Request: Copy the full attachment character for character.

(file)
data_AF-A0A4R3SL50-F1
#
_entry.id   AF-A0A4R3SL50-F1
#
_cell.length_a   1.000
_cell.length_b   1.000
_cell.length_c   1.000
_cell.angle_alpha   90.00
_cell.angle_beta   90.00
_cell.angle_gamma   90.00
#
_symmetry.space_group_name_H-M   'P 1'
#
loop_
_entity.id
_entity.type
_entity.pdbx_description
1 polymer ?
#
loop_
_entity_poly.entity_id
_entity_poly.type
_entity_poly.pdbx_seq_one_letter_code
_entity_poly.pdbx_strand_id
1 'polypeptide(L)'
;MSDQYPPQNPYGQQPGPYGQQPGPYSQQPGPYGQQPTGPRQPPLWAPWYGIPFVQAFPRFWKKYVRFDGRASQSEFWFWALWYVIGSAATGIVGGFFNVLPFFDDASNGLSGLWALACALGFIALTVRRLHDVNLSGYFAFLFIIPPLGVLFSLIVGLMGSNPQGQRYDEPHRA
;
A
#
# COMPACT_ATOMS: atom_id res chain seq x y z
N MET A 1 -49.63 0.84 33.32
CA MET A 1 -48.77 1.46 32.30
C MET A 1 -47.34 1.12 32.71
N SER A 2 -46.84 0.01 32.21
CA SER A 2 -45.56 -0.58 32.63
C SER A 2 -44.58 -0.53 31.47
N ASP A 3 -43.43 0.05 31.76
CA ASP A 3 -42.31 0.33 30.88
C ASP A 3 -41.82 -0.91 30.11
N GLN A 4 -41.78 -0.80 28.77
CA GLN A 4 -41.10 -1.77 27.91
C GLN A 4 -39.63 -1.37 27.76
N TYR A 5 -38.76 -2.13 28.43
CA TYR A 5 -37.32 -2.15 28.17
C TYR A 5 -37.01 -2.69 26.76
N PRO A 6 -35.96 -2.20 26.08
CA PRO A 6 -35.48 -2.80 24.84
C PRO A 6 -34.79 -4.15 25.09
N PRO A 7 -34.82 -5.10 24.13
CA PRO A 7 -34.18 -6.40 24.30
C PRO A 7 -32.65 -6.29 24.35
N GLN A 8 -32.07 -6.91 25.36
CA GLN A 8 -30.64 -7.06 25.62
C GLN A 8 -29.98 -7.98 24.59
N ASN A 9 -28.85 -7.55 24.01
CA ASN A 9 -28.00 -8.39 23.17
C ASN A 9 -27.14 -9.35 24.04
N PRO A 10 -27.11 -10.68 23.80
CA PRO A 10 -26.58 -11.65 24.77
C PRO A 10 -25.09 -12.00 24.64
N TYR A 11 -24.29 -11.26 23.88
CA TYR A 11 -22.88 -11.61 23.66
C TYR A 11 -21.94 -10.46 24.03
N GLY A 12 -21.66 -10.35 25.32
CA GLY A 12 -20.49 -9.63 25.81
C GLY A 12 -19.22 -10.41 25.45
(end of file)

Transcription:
data_AF-A0A4R3SL50-F1
#
_entry.id   AF-A0A4R3SL50-F1
#
_cell.length_a   1.000
_cell.length_b   1.000
_cell.length_c   1.000
_cell.angle_alpha   90.00
_cell.angle_beta   90.00
_cell.angle_gamma   90.00
#
_symmetry.space_group_name_H-M   'P 1'
#
loop_
_entity.id
_entity.type
_entity.pdbx_description
1 polymer ?
#
loop_
_entity_poly.entity_id
_entity_poly.type
_entity_poly.pdbx_seq_one_letter_code
_entity_poly.pdbx_strand_id
1 'polypeptide(L)'
;MSDQYPPQNPYGQQPGPYGQQPGPYSQQPGPYGQQPTGPRQPPLWAPWYGIPFVQAFPRFWKKYVRFDGRASQSEFWFWALWYVIGSAATGIVGGFFNVLPFFDDASNGLSGLWALACALGFIALTVRRLHDVNLSGYFAFLFIIPPLGVLFSLIVGLMGSNPQGQRYDEPHRA
;
A
#
# COMPACT_ATOMS: atom_id res chain seq x y z
N MET A 1 -49.63 0.84 33.32
CA MET A 1 -48.77 1.46 32.30
C MET A 1 -47.34 1.12 32.71
N SER A 2 -46.84 0.01 32.21
CA SER A 2 -45.56 -0.58 32.63
C SER A 2 -44.58 -0.53 31.47
N ASP A 3 -43.43 0.05 31.76
CA ASP A 3 -42.31 0.33 30.88
C ASP A 3 -41.82 -0.91 30.11
N GLN A 4 -41.78 -0.80 28.77
CA GLN A 4 -41.10 -1.77 27.91
C GLN A 4 -39.63 -1.37 27.76
N TYR A 5 -38.76 -2.13 28.43
CA TYR A 5 -37.32 -2.15 28.17
C TYR A 5 -37.01 -2.69 26.76
N PRO A 6 -35.96 -2.20 26.08
CA PRO A 6 -35.48 -2.80 24.84
C PRO A 6 -34.79 -4.15 25.09
N PRO A 7 -34.82 -5.10 24.13
CA PRO A 7 -34.18 -6.40 24.30
C PRO A 7 -32.65 -6.29 24.35
N GLN A 8 -32.07 -6.91 25.36
CA GLN A 8 -30.64 -7.06 25.62
C GLN A 8 -29.98 -7.98 24.59
N ASN A 9 -28.85 -7.55 24.01
CA ASN A 9 -28.00 -8.39 23.17
C ASN A 9 -27.14 -9.35 24.04
N PRO A 10 -27.11 -10.68 23.80
CA PRO A 10 -26.58 -11.65 24.77
C PRO A 10 -25.09 -12.00 24.64
N TYR A 11 -24.29 -11.26 23.88
CA TYR A 11 -22.88 -11.61 23.66
C TYR A 11 -21.94 -10.46 24.03
N GLY A 12 -21.66 -10.35 25.32
CA GLY A 12 -20.49 -9.63 25.81
C GLY A 12 -19.22 -10.41 25.45